Knowing a bit more about Scotland and Scottish culture could help you settle in your new life in Edinburgh.
|Population||Scotland is a small country. The population is around 5 million. There are about 500, 000 people living in Edinburgh.|
|Landscape||Scotland has a beautiful landscape and much of the country is uninhabited. Edinburgh is in the lowlands of Scotland, but it doesn’t take long to get to the mountains. Scotland has the highest mountain in the UK. It’s called Ben Nevis.|
|Climate||Edinburgh has a varied, temperate climate, just a degree or two cooler than London. In the winter, snow is rare in the city and the temperature rarely dips below freezing during the day. In summertime, it is generally warm, with temperatures between 18-24 celcius / 65-75 fahrenheit.|
|History||Scotland has a long and interesting history, and a rich tradition of writers and inventors. You can learn about its history in the National Museum of Scotland, here in Edinburgh.|
|Money||The currency used is pounds sterling (GBP).|
|Religion||Just over half the population are reported Christian, but Scotland has a multi-faith community and all religions are accepted. You will be free to practice your own religion when you come to Edinburgh.|
|Government||Scotland is governed by the UK parliament. The government is a parliamentary democracy, and people vote every five years. Scotland has its own highly devolved government, which makes decisions about domestic policy, such as health, education, and the environment in Scotland.|
Festivals, holidays and celebrations
Scotland is traditionally a Christian country, so most of the holidays are based around the Christian calendar.
There are a number of fixed holidays in Scotland, when most shops and businesses are closed, but bars and entertainment venues are normally still open. These are called public holidays or bank holidays.
Hogmanay. This is a Scottish new year celebration and is very popular.
|01 January||New Year's Day.|
|14 April 2017||Good Friday. The date of this holiday changes every year.|
|01 May 2017||May day. This is a spring celebration which takes place on the first Monday in May every year.|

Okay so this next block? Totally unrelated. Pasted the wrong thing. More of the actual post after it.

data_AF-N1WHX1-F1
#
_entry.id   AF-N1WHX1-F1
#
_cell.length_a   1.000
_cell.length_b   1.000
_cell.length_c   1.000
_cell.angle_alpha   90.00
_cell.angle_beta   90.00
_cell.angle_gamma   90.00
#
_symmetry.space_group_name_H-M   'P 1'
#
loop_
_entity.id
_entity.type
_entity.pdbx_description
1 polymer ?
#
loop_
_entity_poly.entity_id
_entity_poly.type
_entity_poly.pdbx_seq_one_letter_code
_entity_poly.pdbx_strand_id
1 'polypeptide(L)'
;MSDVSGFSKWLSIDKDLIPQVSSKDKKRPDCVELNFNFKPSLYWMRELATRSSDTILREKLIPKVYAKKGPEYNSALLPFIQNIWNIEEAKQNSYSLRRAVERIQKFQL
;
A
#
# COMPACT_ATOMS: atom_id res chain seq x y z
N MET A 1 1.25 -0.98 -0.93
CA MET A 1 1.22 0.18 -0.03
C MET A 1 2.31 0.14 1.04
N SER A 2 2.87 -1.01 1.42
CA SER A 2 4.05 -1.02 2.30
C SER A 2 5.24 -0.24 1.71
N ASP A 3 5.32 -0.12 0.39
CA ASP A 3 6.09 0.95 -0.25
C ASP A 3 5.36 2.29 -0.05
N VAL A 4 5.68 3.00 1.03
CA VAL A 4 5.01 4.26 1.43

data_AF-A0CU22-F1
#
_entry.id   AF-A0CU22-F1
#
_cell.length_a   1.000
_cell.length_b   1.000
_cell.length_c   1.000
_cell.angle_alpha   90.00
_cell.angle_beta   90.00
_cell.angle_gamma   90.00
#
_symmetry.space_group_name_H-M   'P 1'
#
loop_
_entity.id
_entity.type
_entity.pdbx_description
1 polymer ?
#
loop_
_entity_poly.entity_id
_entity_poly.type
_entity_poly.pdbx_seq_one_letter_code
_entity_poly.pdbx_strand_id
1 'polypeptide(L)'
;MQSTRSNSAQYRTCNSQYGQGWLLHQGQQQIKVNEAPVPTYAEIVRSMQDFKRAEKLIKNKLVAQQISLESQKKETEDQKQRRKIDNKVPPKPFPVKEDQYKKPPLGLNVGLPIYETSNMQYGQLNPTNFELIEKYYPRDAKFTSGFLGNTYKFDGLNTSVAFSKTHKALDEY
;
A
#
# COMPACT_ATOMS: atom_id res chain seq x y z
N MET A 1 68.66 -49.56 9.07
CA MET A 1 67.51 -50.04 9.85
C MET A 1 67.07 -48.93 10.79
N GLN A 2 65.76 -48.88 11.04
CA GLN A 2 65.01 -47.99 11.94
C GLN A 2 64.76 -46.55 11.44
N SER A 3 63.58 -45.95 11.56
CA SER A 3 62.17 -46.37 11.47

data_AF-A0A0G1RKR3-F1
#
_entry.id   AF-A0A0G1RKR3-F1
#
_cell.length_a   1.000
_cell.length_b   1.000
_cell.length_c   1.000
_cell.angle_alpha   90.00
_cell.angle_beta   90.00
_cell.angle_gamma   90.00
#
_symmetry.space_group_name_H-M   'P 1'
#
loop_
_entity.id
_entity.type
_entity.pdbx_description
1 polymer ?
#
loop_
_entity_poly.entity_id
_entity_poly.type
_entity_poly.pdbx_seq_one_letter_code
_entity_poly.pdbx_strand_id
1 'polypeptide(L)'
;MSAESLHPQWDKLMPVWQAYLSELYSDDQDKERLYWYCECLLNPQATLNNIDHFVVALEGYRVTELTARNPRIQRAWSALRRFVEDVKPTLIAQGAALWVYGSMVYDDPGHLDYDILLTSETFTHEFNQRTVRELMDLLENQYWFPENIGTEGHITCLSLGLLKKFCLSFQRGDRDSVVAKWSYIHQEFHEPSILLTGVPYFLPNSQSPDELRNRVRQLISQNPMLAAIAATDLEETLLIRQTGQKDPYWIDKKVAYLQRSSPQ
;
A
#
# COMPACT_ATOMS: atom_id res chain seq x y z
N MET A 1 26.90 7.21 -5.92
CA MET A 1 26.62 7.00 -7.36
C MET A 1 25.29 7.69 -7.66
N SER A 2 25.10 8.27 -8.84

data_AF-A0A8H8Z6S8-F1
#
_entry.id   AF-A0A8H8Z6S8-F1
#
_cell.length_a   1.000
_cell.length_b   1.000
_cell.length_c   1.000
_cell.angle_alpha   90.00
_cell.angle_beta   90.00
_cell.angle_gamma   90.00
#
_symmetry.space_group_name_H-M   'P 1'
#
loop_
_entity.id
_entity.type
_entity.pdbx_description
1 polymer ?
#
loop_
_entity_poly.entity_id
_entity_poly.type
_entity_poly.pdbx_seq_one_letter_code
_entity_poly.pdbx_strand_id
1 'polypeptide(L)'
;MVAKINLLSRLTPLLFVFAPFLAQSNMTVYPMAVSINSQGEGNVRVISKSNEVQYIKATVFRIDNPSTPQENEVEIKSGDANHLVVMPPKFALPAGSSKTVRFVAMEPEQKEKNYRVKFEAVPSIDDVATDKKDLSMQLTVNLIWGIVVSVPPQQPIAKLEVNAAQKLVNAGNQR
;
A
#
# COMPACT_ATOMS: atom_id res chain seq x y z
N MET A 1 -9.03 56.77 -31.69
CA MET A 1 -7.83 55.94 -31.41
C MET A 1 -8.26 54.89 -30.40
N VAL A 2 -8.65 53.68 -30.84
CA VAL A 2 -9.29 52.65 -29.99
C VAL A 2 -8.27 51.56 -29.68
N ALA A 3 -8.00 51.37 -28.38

|30 November||Saint Andrew's Day. St Andrew is the Patron Saint of Scotland.|
|25 December||Christmas Day. This is one of the biggest celebrations of the year. Most people will spend the time with their families.|
|26 December||Boxing Day.|
Relationships, gender and equality
There are laws which prevent discrimination against anyone on the basis of race, religion, age, sexual orientation, gender or disability.
Men and women have equal rights, and are not expected to carry out traditional gender roles. Most women work outside of the home, and men carry out chores and housework, such as cleaning and cooking. It is acceptable for both opposite and same-sex couples to show affection in public, such as kissing and holding hands. However, it is unusual for people who are not in a romantic relationship to hold hands.
When you are in the UK you must respect equality.
Scotland is generally a welcoming and friendly place for lesbian, gay, bisexual and transgender (LGBT) people. In the United Kingdom it is illegal to discriminate against someone because of their sexual orientation or sex , and many international LGBT students study here on the understanding that their rights will be respected.
If you are an international LGBT+ student, the University and EUSA can offer advice and support.
Generally, people in the UK value privacy. They do not generally get close or touch each other, unless they know each other well. Body language in the UK is normally quite contained. This may seem less friendly than you are accustomed to. In fact, people are generally very friendly. When meeting for the first time, people in the UK normally shake hands.
You may notice that people say 'please' and 'thank you' often. These forms of politeness are expected.
You will be expected to queue in shops, at banks, in pubs, at bus stops and other public places or services. This means that you stand in line and wait your turn to be served or get on the bus. It is considered rude not to queue.
Punctuality is valued, particularly in formal settings, such as work, classes or lectures, or meetings. In social settings, such as at parties, punctuality is not as expected. However, if you have arranged to meet someone at a particular time, it is polite to let them know if you will be late.
Socialising in bars and clubs is popular in Scotland. It it is normal for people to drink alcohol. If you want to go to the pub with friends, you won’t be expected to drink alcohol, if you prefer not to. There are many other things that people do to socialise, such as going for a meal, inviting friends to your home, or meeting for coffee. Edinburgh has lots of great options for socialising.